Warning: Rant Ahead

Eric Fry reporting from Manhattan

Several days ago, the editor of Outstanding Investments,
Justice Litle wondered aloud about the curious correlations
that have been cropping up on Wall Street lately.
Throughout August and September, for example, the oil price
climbed, but so did the stock market. Yesterday, they all
tumbled together…That’s not supposed to happen.

Historically, crude oil and the stock market have tended to
head in opposite directions. But the close relationship
between these two asset classes is only one of several
curiosities that Justice has observed lately. He
highlighted this very phenomenon last week in an email to
his Outstanding Investments subscribers:

“A recent Wall Street Journal cartoon depicts four
flamingos. Three of them are standing on one leg in the
shallow water, as flamingos tend to do. The fourth is
floating in midair, both legs folded under, contented
expression of enlightenment on his face. The third
flamingo, intensely irritated by this lack of respect for
gravity, demands that his levitating brother, ‘Stop that.’

“That cartoon reminded me of recent market action for some
reason. Making demands of the market is pointless – but one
can’t help notice the strange abundance of levitation these
days. As the consumer crumbles, a surprising number of
things have gone up and stayed up, in seeming defiance of

“For example:

– Crude oil, natural gas and energy stocks across the board
– Gold and gold stocks
– The U.S. dollar index
– The Amex Securities Broker/Dealer Index (XBD, as noted
last week)
– Speculative bellwether Google (and various Internet

“This situation recalls the old Sesame Street ditty, for
those of us who remember the mismatch game: ‘One of these
things is not like the others…One of these things just
doesn’t belong.’ How can these competing sectors and asset
classes, traditionally hostile to each other, be displaying
strength at the same time?

“The bullish explanation is to say that energy’s strength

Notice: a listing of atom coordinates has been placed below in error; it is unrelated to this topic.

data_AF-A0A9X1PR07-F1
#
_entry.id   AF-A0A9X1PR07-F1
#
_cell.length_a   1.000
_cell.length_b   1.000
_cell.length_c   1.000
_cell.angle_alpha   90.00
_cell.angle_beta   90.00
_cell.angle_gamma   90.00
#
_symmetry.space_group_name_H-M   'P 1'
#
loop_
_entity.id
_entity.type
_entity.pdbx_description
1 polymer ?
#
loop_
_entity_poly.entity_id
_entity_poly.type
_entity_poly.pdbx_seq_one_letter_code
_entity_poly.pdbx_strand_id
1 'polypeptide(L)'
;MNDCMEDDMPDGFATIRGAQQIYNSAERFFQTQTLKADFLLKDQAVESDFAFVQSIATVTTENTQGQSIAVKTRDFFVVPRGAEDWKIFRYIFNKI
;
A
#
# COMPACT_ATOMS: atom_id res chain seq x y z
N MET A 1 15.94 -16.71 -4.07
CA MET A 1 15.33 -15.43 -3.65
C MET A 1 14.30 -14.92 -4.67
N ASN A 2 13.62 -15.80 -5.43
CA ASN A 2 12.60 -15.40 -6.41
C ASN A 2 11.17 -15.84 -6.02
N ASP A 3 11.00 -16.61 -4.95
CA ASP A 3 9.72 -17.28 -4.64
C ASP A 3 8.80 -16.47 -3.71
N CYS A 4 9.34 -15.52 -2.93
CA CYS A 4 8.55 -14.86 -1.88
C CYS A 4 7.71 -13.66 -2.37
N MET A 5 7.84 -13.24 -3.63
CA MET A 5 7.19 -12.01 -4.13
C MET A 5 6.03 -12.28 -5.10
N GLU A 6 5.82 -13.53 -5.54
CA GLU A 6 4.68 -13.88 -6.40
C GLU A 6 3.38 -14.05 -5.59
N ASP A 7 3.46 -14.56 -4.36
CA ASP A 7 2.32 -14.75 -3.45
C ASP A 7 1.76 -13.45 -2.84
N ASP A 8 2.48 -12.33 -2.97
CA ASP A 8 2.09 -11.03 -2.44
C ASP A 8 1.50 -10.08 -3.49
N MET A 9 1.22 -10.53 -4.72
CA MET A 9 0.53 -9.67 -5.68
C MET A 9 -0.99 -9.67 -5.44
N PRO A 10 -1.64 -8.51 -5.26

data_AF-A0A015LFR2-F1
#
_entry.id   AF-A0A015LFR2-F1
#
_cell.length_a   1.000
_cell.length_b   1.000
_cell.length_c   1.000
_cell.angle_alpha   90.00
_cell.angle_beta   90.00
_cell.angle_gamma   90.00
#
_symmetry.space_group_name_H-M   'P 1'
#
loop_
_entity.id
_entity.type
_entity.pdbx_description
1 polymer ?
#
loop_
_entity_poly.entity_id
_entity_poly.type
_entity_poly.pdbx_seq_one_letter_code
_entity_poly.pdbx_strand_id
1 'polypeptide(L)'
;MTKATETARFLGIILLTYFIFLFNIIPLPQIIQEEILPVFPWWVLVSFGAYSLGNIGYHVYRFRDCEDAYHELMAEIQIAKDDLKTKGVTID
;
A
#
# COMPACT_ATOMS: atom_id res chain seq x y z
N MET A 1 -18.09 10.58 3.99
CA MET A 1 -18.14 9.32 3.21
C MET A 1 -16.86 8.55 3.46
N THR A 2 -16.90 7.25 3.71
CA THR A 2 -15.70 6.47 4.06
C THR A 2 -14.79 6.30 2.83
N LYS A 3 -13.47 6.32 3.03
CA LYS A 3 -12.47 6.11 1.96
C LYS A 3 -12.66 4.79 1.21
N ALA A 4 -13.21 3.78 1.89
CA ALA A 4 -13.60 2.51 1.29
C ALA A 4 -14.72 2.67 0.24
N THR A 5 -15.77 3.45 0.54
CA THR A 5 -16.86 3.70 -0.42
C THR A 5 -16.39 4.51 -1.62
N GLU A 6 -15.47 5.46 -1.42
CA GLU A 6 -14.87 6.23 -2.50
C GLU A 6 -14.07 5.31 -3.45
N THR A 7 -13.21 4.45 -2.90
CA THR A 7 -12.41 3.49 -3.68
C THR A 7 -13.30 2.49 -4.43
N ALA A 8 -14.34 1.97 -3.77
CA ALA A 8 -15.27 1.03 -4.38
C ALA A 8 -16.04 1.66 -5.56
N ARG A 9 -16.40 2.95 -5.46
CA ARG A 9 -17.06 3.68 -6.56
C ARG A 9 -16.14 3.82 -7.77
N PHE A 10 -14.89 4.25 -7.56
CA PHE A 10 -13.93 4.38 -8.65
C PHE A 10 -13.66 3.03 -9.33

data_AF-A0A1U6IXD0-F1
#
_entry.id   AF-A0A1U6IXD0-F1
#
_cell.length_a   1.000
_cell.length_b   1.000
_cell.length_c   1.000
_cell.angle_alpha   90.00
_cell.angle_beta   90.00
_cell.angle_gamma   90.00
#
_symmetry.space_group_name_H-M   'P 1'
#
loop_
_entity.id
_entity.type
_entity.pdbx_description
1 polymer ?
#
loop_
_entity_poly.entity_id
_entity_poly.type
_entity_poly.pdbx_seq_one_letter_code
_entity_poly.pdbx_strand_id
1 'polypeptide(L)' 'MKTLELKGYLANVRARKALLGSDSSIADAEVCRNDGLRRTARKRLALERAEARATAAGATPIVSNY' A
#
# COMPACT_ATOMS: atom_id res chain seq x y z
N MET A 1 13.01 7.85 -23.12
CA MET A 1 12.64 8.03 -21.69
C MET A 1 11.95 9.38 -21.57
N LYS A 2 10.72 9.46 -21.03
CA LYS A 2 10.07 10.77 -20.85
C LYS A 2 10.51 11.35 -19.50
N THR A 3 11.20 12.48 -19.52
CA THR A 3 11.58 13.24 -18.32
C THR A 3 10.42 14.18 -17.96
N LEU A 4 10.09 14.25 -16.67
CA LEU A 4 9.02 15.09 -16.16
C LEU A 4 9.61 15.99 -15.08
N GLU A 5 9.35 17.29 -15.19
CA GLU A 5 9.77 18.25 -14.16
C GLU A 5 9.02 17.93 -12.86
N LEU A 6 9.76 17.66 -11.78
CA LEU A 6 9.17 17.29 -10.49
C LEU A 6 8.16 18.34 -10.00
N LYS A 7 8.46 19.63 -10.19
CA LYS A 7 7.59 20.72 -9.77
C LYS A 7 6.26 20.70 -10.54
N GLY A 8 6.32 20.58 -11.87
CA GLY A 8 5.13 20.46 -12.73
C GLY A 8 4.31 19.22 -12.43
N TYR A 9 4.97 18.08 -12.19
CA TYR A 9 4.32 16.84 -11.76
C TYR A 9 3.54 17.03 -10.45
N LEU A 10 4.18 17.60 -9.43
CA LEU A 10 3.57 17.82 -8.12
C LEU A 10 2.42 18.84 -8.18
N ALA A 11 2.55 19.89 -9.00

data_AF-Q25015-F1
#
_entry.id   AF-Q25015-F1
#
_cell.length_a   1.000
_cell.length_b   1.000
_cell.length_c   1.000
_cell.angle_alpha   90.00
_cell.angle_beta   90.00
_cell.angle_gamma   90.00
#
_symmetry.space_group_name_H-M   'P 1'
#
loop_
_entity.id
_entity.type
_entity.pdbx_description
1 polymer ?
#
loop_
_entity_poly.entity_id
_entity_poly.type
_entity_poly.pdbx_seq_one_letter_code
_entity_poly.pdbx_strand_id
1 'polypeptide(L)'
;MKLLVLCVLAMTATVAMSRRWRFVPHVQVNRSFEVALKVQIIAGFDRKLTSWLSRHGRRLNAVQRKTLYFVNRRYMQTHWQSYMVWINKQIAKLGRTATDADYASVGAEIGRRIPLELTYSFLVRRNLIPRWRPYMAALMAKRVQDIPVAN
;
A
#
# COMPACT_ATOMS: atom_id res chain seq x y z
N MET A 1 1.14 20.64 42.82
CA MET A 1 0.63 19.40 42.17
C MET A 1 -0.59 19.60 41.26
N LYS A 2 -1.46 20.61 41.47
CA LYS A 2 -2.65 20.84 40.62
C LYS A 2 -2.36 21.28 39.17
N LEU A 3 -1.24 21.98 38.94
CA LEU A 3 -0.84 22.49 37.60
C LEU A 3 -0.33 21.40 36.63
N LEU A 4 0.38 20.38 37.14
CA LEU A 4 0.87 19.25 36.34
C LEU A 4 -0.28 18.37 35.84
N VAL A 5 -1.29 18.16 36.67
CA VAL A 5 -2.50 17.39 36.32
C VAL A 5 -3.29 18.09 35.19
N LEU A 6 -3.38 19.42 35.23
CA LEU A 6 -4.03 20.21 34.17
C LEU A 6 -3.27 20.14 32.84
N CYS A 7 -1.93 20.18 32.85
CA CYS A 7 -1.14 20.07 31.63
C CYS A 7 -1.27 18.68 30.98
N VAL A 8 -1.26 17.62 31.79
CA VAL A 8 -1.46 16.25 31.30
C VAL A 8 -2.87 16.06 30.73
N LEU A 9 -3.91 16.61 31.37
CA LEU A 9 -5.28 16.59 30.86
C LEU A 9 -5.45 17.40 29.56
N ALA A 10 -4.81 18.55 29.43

is temporary and to argue that gold’s vigor will also wane
as energy prices ease and inflationary pressures recede.
Indeed, the cheery liquidity and speculative fervor that is
pushing both Google and the dollar higher depends on some
version of this same happy argument — the belief that
energy will back off and the economy will pull through and
everything will turn out OK. But that belief is resting on
an increasingly shaky foundation.”

Indeed, yesterday’s market action illustrated just how
shaky the foundation might be. Oil stocks crated, but so
did the rest of the market. Justice doubts that the
remarkably similar price trends of crude oil and the stock
market will persist for much longer.

Oil deserves a correction, he has been arguing, but a
decade of easy monetary policies and fiat money have
created a much friendlier backdrop for commodities than for
stocks…and that’s exactly what gripes him about another
of the crazy correlations unfolding in the financial
markets: Goldman Sachs and Gold!

Believe it or not, they’ve been rallying together. This
simply must end, Justice insists. Read on to find out
how…and why we should care.

by Justice Litle

“One of the driving forces of this boom – and perhaps what
really differentiates it from previous cycles – is the
continued environment of low long term interest rates,
which has flooded the financial markets with liquidity.”